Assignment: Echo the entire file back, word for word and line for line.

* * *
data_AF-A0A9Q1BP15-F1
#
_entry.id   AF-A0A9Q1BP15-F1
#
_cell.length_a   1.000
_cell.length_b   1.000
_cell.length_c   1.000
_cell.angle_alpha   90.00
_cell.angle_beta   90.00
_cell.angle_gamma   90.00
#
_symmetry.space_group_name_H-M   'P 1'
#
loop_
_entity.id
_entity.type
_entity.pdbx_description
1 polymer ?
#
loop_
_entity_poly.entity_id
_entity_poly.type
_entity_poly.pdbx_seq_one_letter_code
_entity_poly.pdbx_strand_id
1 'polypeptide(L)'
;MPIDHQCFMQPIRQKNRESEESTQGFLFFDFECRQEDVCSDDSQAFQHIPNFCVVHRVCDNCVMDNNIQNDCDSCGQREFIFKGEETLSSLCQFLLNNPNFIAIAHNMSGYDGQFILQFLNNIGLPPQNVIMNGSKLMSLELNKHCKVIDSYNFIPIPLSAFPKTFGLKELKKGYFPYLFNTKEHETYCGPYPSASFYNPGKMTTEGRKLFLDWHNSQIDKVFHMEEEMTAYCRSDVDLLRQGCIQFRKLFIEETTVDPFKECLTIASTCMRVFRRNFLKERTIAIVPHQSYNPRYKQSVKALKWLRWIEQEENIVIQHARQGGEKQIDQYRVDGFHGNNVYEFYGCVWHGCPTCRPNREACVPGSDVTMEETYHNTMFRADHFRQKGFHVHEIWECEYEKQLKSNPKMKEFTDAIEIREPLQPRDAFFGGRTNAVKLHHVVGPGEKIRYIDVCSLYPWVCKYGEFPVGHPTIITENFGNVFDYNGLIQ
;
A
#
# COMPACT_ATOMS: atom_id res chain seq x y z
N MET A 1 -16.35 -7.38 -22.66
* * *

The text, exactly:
data_AF-A0A9Q1BP15-F1
#
_entry.id   AF-A0A9Q1BP15-F1
#
_cell.length_a   1.000
_cell.length_b   1.000
_cell.length_c   1.000
_cell.angle_alpha   90.00
_cell.angle_beta   90.00
_cell.angle_gamma   90.00
#
_symmetry.space_group_name_H-M   'P 1'
#
loop_
_entity.id
_entity.type
_entity.pdbx_description
1 polymer ?
#
loop_
_entity_poly.entity_id
_entity_poly.type
_entity_poly.pdbx_seq_one_letter_code
_entity_poly.pdbx_strand_id
1 'polypeptide(L)'
;MPIDHQCFMQPIRQKNRESEESTQGFLFFDFECRQEDVCSDDSQAFQHIPNFCVVHRVCDNCVMDNNIQNDCDSCGQREFIFKGEETLSSLCQFLLNNPNFIAIAHNMSGYDGQFILQFLNNIGLPPQNVIMNGSKLMSLELNKHCKVIDSYNFIPIPLSAFPKTFGLKELKKGYFPYLFNTKEHETYCGPYPSASFYNPGKMTTEGRKLFLDWHNSQIDKVFHMEEEMTAYCRSDVDLLRQGCIQFRKLFIEETTVDPFKECLTIASTCMRVFRRNFLKERTIAIVPHQSYNPRYKQSVKALKWLRWIEQEENIVIQHARQGGEKQIDQYRVDGFHGNNVYEFYGCVWHGCPTCRPNREACVPGSDVTMEETYHNTMFRADHFRQKGFHVHEIWECEYEKQLKSNPKMKEFTDAIEIREPLQPRDAFFGGRTNAVKLHHVVGPGEKIRYIDVCSLYPWVCKYGEFPVGHPTIITENFGNVFDYNGLIQ
;
A
#
# COMPACT_ATOMS: atom_id res chain seq x y z
N MET A 1 -16.35 -7.38 -22.66